Wednesday, 8 August 2012

Appy Olympics

I've never really been that into spectator sports so the Olympics doesn't excite me too much. Although The Boy is well into his football, tennis and cricket, he wasn't too interested in the Olympics either, until some friends came to stay and were keen to watch the opening ceremony.

Since then our television has permanently been on the Olympics' interactive setting. We'd both actually also planned to entirely avoid London during the Olympics but he's now furious he didn't apply for tennis tickets and I've had to travel through the capital and experience the joys of the one way system at London Bridge. As Team GB are actually doing surprisingly well, there's quite an amazing buzz in the city and aside from possible delays, it's a great time for tourists to visit with help at hand all over London.

Heading off to Morocco tomorrow for all of August. I'm going to miss the end of the Olympics and will have to neglect anyone reading this blog until my return so thought I'd share an amusing Olympics related discovery as a final August offering. The Boy drew my attention to this BBC app:

The results were quite amusing - I seem to have most in common with a male canoeist from Angola, how about you?

Friday, 3 August 2012

The Importance Of Context

My head is bowed and I'm frantically blinking. Anyone watching may think me a tad peculiar. In any other context I'd probably look completely insane but in Thornbury Hospital there may just be a few other relatives who understand and appreciate the sentiment behind this repetitive action.

Blinking is a sign of affection and friendliness between cats so right now I'm using it to try and keep a slightly stressed Major calm. An enormous dog enters the surgery and sits opposite us because we've of course managed to sit away from the “dog free” section. He's panting heavily and drooling to such an extent his owner has a large handkerchief to wipe his mouth free from spittle. To me, the dog looks like he could do some serious damage but his owner rather sadly informs me, he's old so slow-moving and having been attacked in the past, is afraid of anything smaller than him. Although I'd feel intimidated to be confronted by this dog, from the safety of his carry cage, the Maj is contentedly blinking away at him. “Major Richard Parker,” one of the receptionists calls with glee and it's finally our time to go in.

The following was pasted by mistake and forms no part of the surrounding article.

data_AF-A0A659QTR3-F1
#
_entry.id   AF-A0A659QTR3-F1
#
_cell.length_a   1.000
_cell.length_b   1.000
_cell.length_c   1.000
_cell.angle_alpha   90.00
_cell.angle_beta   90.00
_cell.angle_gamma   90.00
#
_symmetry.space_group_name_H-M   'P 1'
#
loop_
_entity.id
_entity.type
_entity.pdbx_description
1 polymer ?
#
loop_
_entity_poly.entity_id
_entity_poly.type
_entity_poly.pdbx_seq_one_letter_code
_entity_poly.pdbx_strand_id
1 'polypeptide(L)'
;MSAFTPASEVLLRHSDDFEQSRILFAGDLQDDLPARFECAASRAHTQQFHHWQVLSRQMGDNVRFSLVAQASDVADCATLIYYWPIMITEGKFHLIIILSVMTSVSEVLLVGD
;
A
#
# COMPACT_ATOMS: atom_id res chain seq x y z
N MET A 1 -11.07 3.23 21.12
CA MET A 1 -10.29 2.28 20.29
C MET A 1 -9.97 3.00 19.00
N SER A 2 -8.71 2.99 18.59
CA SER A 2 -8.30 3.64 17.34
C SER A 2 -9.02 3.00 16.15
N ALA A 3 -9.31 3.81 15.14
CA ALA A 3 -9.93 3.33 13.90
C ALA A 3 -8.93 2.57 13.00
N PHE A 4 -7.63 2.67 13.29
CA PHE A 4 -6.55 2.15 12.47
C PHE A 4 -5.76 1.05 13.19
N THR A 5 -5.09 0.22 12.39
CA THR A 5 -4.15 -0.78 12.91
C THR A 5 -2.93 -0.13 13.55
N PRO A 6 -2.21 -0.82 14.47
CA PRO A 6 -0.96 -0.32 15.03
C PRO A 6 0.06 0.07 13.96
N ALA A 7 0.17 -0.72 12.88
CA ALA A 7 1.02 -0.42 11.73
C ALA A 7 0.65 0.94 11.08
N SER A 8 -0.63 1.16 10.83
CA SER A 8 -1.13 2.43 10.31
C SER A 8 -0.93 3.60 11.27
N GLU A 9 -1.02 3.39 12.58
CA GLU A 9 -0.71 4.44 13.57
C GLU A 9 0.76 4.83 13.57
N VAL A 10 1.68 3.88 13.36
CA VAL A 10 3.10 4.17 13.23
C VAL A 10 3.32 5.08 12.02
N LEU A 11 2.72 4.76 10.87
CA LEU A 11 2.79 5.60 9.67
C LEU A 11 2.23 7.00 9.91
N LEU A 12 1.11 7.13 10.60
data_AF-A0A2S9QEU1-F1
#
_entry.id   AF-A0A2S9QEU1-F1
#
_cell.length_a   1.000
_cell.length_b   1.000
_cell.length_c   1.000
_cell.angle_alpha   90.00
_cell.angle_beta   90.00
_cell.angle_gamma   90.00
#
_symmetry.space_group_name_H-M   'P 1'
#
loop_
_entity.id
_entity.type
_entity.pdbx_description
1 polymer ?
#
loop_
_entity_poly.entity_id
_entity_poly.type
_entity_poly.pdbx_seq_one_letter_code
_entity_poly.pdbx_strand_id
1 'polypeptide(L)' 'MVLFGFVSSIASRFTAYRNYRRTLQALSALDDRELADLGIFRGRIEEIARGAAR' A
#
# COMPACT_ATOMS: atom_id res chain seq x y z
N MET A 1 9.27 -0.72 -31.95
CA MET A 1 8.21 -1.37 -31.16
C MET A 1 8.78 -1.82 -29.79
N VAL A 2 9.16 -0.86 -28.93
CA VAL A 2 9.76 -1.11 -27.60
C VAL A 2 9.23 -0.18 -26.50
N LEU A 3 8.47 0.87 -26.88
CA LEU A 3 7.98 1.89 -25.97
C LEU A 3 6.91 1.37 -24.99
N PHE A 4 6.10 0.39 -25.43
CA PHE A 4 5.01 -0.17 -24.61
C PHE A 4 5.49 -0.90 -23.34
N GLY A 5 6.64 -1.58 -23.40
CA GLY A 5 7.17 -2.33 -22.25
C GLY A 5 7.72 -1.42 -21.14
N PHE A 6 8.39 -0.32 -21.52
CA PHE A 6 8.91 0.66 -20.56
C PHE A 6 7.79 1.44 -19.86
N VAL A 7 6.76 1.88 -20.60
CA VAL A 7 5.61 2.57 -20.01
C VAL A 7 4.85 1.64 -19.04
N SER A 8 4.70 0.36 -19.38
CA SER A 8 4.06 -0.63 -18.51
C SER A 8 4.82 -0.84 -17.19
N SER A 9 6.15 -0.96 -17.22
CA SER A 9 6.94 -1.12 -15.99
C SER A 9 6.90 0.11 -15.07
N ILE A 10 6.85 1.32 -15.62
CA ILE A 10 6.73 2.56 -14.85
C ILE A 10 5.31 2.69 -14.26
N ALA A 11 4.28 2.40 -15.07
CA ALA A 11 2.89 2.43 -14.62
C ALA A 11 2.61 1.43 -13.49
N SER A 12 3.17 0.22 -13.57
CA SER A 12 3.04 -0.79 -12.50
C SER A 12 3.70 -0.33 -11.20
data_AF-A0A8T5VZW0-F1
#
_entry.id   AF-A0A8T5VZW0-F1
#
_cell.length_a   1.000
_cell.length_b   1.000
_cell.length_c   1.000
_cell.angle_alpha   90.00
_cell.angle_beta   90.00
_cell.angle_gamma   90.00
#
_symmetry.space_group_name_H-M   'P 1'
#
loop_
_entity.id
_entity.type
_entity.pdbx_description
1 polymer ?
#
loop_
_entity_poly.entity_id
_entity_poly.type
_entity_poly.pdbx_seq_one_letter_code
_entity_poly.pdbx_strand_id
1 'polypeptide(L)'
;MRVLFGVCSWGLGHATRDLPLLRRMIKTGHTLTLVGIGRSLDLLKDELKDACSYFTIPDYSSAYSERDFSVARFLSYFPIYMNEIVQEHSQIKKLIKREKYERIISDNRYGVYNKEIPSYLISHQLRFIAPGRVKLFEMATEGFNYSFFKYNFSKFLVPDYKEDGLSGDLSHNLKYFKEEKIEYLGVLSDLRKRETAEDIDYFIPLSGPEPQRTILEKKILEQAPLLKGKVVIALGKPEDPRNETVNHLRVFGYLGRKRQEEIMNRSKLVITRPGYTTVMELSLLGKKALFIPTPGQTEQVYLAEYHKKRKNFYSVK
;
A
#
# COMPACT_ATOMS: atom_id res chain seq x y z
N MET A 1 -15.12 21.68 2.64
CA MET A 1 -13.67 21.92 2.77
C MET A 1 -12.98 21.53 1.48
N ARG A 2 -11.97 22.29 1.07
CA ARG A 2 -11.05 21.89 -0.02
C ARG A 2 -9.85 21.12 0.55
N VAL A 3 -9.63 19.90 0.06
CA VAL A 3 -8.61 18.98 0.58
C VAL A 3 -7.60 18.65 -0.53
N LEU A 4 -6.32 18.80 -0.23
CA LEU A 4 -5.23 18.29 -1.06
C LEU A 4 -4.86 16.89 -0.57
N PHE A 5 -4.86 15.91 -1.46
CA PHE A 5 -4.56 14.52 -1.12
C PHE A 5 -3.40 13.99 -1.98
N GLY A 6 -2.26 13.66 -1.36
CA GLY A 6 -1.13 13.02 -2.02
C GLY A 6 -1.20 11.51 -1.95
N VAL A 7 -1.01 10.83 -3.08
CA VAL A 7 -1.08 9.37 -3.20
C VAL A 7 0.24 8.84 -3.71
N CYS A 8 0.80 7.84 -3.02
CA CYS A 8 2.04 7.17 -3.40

A week later, we're back and this time, the surgery is almost empty. Waiting to be reunited with a slightly shaven Maj who's been scanned and kept in all morning, we can't help but overhear a telephone conversation: “At six weeks, he needs waxing and then it's castration... ” The guy opposite has just walked in and these are the first words he will have heard – we exchange slightly alarmed looks. In any other context, our reactions would go well beyond slight alarm but here, we presume and hope the receptionist is talking to a pet owner and not about her husband!

Reconciled with a hungry Maj, we go through the motions before leaving: “I love his name. It's such a good name – where'd you get it from...?” asks yet another receptionist. After explaining one tenuous link and the obvious reference, we head out. She seems amused and I'm amazed, having just overheard one final shocking piece of information - a castration costs a mere £44 (at least thirty pounds less than a cat scan!).